WNYC and WQXR: Pioneer Broadcasters of Latin American Music
WNYC History Notes
Thursday, July 17, 2014 - 06:00 AM
It began at WNYC as the program South American Way (November 4, 1940 edition above) and ended up at WQXR as Nights in Latin America. Through it all, the source collection of recordings remained the same (and grew) as the show passed from one family member to another.
Evans Clark - South American Way
Evans Clark was a writer, largely on social and economic issues. He was also a teacher, foundation executive, health care official, housing expert and on the editorial board of The New York Times. But it was during his tenure as Executive Director of the Twentieth Century Fund (1928-1953) that he was able to indulge his love of Latin American music by building a unique collection of more than six thousand discs of both commercial and one-of-a-kind transcriptions containing native folk and popular music from every country south of the U.S. border. He put this collection to good use by sharing it with WNYC listeners from 1940 to 1946 on the weekly program South American Way.  The title and theme music were taken from the popular 1939 song of the same name usually associated with the Andrews Sisters and Carmen Miranda, who sang it in the stage musical Streets of Paris and then on-screen in 1940 for the film Down Argentine Way.
Clark had become interested in Latin American music because he loved dancing and reportedly found Latin American rhythms fascinating. At one point as a member of the Music Committee of Nelson Rockefeller's Office of Co-ordinator of Inter-American Affairs, a federal agency promoting economic cooperation with Latin America in the 1940s, Clark made a series of short trips to Latin America and wrote up his musical findings. Here he emphasized his focus on popular music.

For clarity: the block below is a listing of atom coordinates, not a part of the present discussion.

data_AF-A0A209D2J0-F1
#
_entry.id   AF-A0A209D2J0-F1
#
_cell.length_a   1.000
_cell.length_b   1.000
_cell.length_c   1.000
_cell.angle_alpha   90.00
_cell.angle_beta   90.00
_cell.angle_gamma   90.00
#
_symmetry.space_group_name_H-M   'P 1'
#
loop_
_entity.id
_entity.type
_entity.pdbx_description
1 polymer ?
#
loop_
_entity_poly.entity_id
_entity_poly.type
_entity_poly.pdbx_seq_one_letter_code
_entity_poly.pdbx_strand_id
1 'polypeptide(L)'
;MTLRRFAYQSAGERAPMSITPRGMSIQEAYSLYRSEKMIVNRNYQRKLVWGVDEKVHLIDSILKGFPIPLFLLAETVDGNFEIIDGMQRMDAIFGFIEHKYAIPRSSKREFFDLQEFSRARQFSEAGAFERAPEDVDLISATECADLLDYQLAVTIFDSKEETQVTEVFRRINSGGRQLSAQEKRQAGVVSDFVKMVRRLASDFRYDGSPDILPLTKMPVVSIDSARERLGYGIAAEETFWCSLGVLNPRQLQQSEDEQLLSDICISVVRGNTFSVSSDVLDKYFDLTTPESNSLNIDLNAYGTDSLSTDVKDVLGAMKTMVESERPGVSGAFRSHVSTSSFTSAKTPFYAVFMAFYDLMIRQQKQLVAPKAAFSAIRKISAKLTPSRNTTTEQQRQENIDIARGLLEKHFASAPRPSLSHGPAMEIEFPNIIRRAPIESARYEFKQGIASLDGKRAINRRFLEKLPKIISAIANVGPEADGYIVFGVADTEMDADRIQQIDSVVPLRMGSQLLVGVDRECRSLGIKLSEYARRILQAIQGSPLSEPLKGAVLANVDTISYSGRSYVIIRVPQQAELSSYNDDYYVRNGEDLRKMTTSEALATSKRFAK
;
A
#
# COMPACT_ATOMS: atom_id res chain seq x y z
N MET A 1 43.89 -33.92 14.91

"It appeals to almost everyone instead of to a few sophisticates and, therefore, has a far greater influence. Also, it reflects national traits and characteristics--it gives the 'feel' and atmosphere of a country as concert music never does--even when the latter is based on 'indigenous themes.' " 
Pru Devon - Nights in Latin America
" 'I remember how we both laughed when I off-handedly asked whether I couldn't take over'...'On further thought the possibility didn't strike her quite so funny; she auditioned for the station and consequently not only took over Mr. Clark's show but originated two of her own."
The program's primary sponsor was Panagra Airlines and, for a period, Savarin Coffee. The shows were painstakingly researched and produced reams of fan mail, a sampling of which is in the slideshow at the bottom of the page. But first, a typical program from June 25, 1948 by Devon, opening with her standard, "Saludos, amigos!"
Pru Devon performing in the WQXR studio. (Courtesy of Alister and Wendy Sanderson, WQXR Archive Collections)
 Based on scripts on file, it appears that Evans Clark's program also appeared on WQXR for a brief period between Novemeber, 1943 and March, 1944. We're guessing this was a trial of sorts. (Thanks to appraiser Daniel Langan)
 Clark, Evans, Brief Notes on Music in Eight Countries of Latin America : A Report of a Flying Trip to Brazil, Costa Rica, Honduras, Guatemala, Mexico, Nicaragua, Panama, and El Salvador for the Coordinator of Inter-American Affairs, 1941, pg. 2.
 Devon, Pru, unidentified magazine article from 1950s.,
 Hift, Fred, "Latin American Radio Showcase," The New York Times, November 12, 1950, pg. 113.
Special thanks to Alister and Wendy Sanderson and Matthew Barton, Curator at the Library of Congress Sound Division.